I am an expert in sales. Most of us in the supply management function are experts as well. No, we don’t actively sell a product or service, but do work everyday with those who do. We work with all levels of the sales function, from an owner of a mom and pop shop who is responsible for all company functions, to sales and marketing managers at mid sized companies, to those mega suppliers pushing buyers into massive call centers or to the web. Put two supply managers together for five minutes and the conversation will most likely turn to war stories about sales and marketing folks who took a creative approach (ahem!) to win their business. We all have them.
However, I am not writing this to excoriate the sales and marketing function of my suppliers, past, present, and future. I am actually trying to defend them, as without this function our jobs would be much harder. I always figured that they have a job to do, as I do. While theirs may be to increase revenue and profit margin, mine is to reduce costs as best as possible and ensure continuity of supply. We have more in common than we admit to, and at the end of the day we want to help our companies, advance our careers, and go home to our families. They are not the enemy, nor or we.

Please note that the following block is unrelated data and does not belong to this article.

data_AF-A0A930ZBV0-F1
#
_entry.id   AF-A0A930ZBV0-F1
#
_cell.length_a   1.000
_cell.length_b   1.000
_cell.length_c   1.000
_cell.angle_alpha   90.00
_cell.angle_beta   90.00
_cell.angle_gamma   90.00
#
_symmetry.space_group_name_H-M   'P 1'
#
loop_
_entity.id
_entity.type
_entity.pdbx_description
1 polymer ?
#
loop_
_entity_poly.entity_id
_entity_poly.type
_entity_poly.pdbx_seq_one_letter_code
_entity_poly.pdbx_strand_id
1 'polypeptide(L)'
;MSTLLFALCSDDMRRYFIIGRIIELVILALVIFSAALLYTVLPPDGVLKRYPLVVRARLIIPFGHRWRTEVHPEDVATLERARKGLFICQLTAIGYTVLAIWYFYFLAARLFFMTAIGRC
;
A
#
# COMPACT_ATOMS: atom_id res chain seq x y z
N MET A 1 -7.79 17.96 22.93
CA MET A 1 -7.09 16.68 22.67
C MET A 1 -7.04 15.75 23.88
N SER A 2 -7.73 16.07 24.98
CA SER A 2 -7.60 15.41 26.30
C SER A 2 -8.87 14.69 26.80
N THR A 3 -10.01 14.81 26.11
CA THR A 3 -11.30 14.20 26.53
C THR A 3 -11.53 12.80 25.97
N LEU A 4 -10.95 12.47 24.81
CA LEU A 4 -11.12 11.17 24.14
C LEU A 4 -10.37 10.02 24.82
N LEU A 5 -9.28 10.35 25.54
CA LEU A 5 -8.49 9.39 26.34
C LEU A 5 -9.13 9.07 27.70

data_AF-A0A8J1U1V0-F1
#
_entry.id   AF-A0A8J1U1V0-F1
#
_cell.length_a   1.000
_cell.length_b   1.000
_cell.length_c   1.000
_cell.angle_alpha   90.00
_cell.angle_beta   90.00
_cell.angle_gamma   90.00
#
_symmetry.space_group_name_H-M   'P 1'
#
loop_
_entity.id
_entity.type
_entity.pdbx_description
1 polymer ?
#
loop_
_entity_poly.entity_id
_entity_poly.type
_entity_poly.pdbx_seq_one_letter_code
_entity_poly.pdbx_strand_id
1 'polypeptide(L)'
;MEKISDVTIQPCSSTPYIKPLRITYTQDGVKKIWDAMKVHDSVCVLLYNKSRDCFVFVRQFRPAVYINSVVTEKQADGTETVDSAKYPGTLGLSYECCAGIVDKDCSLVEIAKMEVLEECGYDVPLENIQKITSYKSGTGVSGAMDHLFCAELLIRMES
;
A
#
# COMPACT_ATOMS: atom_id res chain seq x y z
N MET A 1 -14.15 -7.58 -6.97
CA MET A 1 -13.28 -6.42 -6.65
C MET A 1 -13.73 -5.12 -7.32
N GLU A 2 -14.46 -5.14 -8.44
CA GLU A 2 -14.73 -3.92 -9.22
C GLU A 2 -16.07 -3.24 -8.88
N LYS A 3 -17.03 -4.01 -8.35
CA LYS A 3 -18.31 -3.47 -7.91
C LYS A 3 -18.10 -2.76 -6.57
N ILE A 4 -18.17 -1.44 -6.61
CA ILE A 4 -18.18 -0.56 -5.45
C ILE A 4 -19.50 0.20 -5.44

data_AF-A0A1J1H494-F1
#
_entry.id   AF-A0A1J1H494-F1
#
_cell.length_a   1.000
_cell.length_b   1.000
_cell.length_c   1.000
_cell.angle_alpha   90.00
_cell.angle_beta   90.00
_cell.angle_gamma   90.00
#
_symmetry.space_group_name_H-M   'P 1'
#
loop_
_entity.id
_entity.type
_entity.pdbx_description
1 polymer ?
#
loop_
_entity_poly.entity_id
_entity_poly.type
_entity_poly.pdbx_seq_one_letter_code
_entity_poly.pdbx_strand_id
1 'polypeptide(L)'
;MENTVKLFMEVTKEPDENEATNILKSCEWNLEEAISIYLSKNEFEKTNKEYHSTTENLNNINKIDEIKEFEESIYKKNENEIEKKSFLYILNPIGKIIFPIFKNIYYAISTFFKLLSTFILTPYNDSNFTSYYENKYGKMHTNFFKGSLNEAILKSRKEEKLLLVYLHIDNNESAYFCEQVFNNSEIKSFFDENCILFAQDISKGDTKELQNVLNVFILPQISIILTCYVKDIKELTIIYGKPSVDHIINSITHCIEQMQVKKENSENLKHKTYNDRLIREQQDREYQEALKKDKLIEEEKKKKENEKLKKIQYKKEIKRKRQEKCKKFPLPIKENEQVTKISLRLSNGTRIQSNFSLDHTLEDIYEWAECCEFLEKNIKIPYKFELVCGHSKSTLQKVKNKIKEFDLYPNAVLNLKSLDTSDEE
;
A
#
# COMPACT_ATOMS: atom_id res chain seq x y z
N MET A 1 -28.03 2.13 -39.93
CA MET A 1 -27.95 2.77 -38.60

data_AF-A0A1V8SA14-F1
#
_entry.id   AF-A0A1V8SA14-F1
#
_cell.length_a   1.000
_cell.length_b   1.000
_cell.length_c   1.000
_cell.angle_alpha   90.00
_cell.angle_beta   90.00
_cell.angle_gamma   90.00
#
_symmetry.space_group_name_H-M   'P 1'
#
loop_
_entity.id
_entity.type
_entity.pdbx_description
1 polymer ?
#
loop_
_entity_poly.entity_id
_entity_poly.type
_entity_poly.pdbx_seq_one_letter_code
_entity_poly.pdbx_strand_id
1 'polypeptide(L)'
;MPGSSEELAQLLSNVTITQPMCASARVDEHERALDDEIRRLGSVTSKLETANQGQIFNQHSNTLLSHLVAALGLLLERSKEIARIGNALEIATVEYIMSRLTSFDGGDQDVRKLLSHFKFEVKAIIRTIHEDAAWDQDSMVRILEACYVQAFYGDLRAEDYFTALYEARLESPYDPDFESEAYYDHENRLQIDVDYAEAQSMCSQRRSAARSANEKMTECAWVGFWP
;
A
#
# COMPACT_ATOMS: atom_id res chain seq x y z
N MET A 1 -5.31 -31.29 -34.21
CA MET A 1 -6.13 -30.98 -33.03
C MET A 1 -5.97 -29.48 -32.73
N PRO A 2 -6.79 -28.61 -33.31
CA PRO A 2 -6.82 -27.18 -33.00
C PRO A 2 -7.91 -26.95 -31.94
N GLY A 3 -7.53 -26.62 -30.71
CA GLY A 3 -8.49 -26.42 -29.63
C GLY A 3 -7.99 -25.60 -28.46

So how to we leverage this buyer-seller relationship? By understanding what we need from our suppliers and leveraging the sales and marketing function to be our advocates and champions within their organizations. I sell my company, and perhaps myself, as the customer who gets an extra level of service. If I do my job right, suppliers will be tripping over themselves to make me happy.
Here are some tips and techniques I’ve garnered from nearly 35 generally successful years in supply management.
I am a defensive negotiator. I try to act a bit as an ice hockey goalie. I like to see what strategy is being used against me and hopefully make a ‘save’ and start a rush to the other end of the rink. But enough with the sports metaphors. I have seen too many ham-handed suppliers try to read paperwork on my desk, comment on the family pictures in my office, threaten to cut off supply if I don’t agree to an across the board price increase, or act so patronizingly sweet that I make sure my hand is on my wallet and that my car keys are in my pocket when the leave.